The Aztecs have played and practiced everywhere in the neighborhood, all over the park, everywhere except the actual regulation football field. Not one game in their glorious 20-year history.
They couldn't. The field, blocks from what was once the drug bazaar of the Badlands, was "ragged and condemned," said Aztecs vice president Jeremiah Berry. It was a plot of misery and debris, mud, water, potholes, rocks, cans, vials, syringes, panties, condoms.
The $1.4 million Team Vick Field, a splendid, verdant expanse bordered in Aztec red, will be dedicated Aug. 19. Eagles quarterback Michael Vick, who contributed $200,000, will be there, along with donor Ron Jaworski. The first exhibition games will be played the following Saturday.
"Doing this makes me feel great," Vick told me, "to be a part of a monumental moment for the city of Philadelphia." The Eagles quarterback took exactly one day to decide to make the gift, his largest to the city. "At a young age, football gave me a sense of structure," he said, "to go about my life to go where I wanted to go."
Team Vick Field is the final jewel of the initial three-year phase to transform the historic 87-acre park at Ninth and Hunting Park into something astounding: baseball field (with help from Ryan Howard), tennis courts (Billie Jean King visited twice), two playgrounds, community garden, farmers' market, improved lighting, pruned trees, increased security.
Hunting Park, founded in 1858, is being restored to its original purpose as a haven for the neighborhood, a repository of hope. Leroy Fisher, an Aztecs founder and the park's unofficial mayor, said, "Every hour the children are on these fields, in this park, it's time they're being healthy and safe, and not doing anything detrimental to themselves."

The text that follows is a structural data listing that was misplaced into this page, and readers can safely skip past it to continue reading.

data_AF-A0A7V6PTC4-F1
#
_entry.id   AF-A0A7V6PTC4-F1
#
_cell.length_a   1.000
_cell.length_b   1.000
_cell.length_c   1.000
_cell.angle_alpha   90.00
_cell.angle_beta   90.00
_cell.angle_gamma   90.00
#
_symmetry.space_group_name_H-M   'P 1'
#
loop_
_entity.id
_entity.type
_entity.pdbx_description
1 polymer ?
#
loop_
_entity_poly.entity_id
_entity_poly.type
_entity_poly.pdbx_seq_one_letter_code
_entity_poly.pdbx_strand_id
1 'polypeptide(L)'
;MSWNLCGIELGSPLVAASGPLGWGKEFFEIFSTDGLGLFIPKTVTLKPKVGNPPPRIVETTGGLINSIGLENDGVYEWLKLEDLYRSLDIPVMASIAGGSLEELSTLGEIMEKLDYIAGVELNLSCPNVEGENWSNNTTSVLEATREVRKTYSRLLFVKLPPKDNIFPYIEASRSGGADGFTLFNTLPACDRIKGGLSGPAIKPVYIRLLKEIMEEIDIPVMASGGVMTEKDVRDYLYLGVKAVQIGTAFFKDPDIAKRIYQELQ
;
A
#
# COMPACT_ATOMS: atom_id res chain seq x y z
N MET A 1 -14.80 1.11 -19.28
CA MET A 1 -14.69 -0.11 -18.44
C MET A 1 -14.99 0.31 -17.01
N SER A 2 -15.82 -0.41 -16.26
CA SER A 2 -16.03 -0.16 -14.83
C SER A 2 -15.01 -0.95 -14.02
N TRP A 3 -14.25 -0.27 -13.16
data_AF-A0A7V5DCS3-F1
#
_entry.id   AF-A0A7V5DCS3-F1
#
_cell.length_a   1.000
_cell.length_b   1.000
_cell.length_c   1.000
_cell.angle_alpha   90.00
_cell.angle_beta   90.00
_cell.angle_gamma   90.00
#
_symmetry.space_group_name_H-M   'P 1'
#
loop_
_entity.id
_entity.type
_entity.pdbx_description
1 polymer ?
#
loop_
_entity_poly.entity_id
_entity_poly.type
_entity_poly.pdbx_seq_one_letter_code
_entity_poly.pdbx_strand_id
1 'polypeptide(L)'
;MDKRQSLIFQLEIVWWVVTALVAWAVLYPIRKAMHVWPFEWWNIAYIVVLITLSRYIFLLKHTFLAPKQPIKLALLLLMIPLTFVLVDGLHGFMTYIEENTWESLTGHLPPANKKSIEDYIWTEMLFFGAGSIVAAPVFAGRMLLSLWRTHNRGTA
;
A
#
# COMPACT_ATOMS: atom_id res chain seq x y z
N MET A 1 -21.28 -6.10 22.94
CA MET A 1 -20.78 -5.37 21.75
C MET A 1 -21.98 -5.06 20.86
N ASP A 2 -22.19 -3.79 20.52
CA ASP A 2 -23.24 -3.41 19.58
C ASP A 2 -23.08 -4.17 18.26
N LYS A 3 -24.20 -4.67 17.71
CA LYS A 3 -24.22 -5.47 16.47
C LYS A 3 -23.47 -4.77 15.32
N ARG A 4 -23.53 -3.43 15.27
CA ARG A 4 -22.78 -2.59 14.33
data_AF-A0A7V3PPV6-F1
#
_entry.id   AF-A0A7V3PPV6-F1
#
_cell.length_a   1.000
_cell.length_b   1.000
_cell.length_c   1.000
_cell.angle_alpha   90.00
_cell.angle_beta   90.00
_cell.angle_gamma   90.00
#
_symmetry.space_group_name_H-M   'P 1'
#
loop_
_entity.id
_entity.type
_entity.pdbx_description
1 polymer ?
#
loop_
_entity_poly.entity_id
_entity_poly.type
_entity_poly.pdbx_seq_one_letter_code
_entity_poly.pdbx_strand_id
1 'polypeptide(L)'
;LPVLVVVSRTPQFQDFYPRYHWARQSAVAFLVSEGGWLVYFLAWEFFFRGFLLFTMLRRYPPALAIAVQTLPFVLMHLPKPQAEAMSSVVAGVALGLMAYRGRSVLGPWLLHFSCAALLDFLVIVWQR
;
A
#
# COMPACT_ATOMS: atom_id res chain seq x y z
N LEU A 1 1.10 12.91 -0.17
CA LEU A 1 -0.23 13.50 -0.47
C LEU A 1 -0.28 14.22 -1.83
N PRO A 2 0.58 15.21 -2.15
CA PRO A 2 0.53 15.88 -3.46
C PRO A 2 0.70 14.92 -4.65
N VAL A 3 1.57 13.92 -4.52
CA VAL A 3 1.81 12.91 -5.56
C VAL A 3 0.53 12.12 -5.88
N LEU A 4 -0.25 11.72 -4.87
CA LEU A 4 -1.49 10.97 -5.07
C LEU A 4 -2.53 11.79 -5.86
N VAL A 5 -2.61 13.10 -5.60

Vick, who began playing football at age 8, said, "I learned the level of commitment you have to have to get the most out of yourself." The presence of so many men dedicated to the boys' health and success is also vital. Vick said, "Those coaches can be mentors to these kids for a long, long time."
Over the years, multiple promises of Hunting Park's revitalization were made and ruptured. "This is a long time coming," said Robert Hampton, a park stalwart, "Mr. Rob" emblazoned on his jersey's back. Lacking proper drainage, the field was a stew of refuse. Hampton said, "We called the field 'the mud bowl.' These kids can't wait to play on this."
The residents will not allow Hunting Park to fail again. The afternoon I visited, there wasn't a piece of paper on the baseball field, as pristine as a course on the PGA tour.
Hunting Park's revitalization is being done under the auspices of the Fairmount Park Conservancy, Parks and Recreation's nonprofit partner, with donations from the city, state, foundations, corporations, and individuals, a model coalition the city could use more of - say, for the schools.
"It's exactly this sort of collaboration that makes it all work," said Parks and Recreation Commissioner Michael DiBerardinis. "Any one party could not have lifted this project so high, so fast."
Fisher has lived in the neighborhood most of his life: "I'm here at the park more than I'm home." Now he's president of Hunting Park United, the neighborhood group charged with being stewards of its rebirth.
"This park is now inundated with people, changed completely. It is one of the most beautiful things," Fisher said. Children practice here all seasons. "It's a teaching moment. We're all working together. We're providing strong role models."
Hunting Park's next phase involves restoring the concession shop, shuttered for more than a decade, and selling healthy snacks. The field lacks seating for families and fans. The rec center's exterior resembles a failure of public housing. The interior lights are equally dismal. The historic band shell, where peewee players now run drills up and down crumbling steps, needs love, and lots of it.
But first, the Aztecs have some football to play.
Contact Karen Heller at 215-854-2586 or email@example.com, Follow her at @kheller on Twitter. Read the metro columnists blog, Blinq, at www.inquirer.com/blinq.